transmission line transformer


Winding a transformer with a transmission line is a technique often used to improve the bandwidth of a transformer. The transmission line is said to "absorb" the parasitics of the transformer. This part I nearly understand. Some explanation might still be helpful.

However, I'm wondering how winding a transformer with a coaxial cable might improve the bandwidth of a transformer. I know a coaxial cable is a transmission line, but because of the shielding I thought no EM-field (or only very little) could leak out to absorb those parasitics ...

Can someone explain this to me please?



Reply to
Charles de Smurf
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I'm not an expert on transmission line transformers, but I'll share my thoughts, so someone more knowledgeable can correct me.

In an ordinary two winding transformer, the only energy coupling mechanism between the two windings is the common magnetic field they share, in the core. But transmission lines couple two conductors together with a traveling wave that is guided by the pair of conductors. At frequencies where little field escapes from the pair, there is no external field to be coupled by the transformer core, and the transformer would work just as well if the pair were just jumbled in space. But, based on the thickness and conductivity of the shield conductor, there is some low frequency, below which, the net magnetic field (representing the current imbalance in the two conductors) leaks out through the shield and a transformer core has something to work with. It is this low frequency end of the signal spectrum that shows improved coupling when you wrap the coax around a transformer core.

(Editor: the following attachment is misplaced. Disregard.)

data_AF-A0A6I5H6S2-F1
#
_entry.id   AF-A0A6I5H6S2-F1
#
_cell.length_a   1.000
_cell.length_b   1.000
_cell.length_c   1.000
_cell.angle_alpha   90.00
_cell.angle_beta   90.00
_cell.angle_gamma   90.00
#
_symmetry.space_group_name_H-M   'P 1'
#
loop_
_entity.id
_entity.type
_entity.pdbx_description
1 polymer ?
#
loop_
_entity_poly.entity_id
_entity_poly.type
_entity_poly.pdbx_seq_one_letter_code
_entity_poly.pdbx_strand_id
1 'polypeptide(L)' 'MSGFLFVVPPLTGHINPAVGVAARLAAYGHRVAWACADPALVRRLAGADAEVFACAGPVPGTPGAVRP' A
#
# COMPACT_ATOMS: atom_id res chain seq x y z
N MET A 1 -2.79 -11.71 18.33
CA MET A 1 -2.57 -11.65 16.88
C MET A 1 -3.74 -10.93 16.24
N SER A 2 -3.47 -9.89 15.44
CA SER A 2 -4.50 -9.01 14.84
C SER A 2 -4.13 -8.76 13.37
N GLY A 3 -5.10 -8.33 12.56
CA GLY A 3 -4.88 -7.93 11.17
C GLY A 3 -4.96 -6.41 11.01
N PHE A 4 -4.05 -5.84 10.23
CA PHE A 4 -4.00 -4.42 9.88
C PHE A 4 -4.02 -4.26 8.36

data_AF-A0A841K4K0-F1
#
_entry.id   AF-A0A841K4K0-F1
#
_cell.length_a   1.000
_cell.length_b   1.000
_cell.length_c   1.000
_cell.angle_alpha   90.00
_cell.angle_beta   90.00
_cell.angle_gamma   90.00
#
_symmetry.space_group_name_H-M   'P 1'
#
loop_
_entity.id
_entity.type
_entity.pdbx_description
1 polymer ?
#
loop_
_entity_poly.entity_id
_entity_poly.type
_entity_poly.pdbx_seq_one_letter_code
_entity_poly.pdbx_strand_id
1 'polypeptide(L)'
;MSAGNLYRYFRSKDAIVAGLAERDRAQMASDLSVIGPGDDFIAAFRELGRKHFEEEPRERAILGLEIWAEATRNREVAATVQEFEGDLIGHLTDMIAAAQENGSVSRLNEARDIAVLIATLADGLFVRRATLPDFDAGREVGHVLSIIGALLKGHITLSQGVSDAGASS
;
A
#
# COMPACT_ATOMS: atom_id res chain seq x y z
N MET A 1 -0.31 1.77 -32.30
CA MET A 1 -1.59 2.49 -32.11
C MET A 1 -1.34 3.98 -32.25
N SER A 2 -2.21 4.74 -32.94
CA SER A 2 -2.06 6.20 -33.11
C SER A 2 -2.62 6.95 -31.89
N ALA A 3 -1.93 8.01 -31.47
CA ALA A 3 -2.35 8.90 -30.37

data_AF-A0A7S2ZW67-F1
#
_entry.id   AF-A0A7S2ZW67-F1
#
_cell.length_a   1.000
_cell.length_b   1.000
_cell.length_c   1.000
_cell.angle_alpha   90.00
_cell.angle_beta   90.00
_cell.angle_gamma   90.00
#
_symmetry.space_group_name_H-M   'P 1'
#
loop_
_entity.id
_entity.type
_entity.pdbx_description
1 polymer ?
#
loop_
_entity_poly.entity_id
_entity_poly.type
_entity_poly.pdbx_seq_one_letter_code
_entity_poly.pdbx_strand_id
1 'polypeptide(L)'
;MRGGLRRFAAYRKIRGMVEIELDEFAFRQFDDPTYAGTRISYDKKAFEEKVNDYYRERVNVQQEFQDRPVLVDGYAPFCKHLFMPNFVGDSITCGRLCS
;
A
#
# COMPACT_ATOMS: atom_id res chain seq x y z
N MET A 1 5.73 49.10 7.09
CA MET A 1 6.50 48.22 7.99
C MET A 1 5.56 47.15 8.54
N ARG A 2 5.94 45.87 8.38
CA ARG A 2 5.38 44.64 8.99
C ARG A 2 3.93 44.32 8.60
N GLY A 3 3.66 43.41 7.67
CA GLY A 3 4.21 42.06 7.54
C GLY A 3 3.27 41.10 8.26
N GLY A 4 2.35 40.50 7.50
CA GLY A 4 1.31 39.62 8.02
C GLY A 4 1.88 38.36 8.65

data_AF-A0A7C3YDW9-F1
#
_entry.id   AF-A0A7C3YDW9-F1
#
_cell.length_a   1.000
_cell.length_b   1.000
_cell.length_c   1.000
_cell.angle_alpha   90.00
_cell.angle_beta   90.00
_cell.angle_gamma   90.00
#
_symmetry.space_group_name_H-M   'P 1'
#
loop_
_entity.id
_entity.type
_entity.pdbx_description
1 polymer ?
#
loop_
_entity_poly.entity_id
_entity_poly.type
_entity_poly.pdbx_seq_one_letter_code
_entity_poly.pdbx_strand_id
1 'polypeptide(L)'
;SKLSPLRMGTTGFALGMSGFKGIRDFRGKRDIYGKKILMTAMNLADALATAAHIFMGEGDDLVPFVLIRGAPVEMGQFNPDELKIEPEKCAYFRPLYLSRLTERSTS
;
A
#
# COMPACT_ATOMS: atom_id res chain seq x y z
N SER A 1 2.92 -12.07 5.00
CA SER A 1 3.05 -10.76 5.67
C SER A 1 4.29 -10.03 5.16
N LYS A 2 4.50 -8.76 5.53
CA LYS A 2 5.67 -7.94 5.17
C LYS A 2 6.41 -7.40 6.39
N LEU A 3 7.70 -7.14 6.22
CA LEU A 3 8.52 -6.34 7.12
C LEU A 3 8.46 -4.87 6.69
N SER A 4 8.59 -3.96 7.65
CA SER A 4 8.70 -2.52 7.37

Reply to
John Popelish

I may be misunderstanding you, but I get the impression that you think that because it is called "transmission line" it must be coax. That is not what is meant in the context of transmission line transformers. Sevick wrote a fascinating book on the subject, and a paper on it can be found here:

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Reply to

I know it can be any transmission line, but didn't understand how it may work with a coaxial cable, which in theory would behave the same whether or not it is winded around a core. John Popelish told me that's because of the leaking fields in the low-frequent area.

Seams interesting, thank you.

Reply to
Charles de Smurf

I don't trust Sevick's book. Every single transformer has the same high-frequency rolloff, and he built his own test equipment.


Reply to
John Larkin

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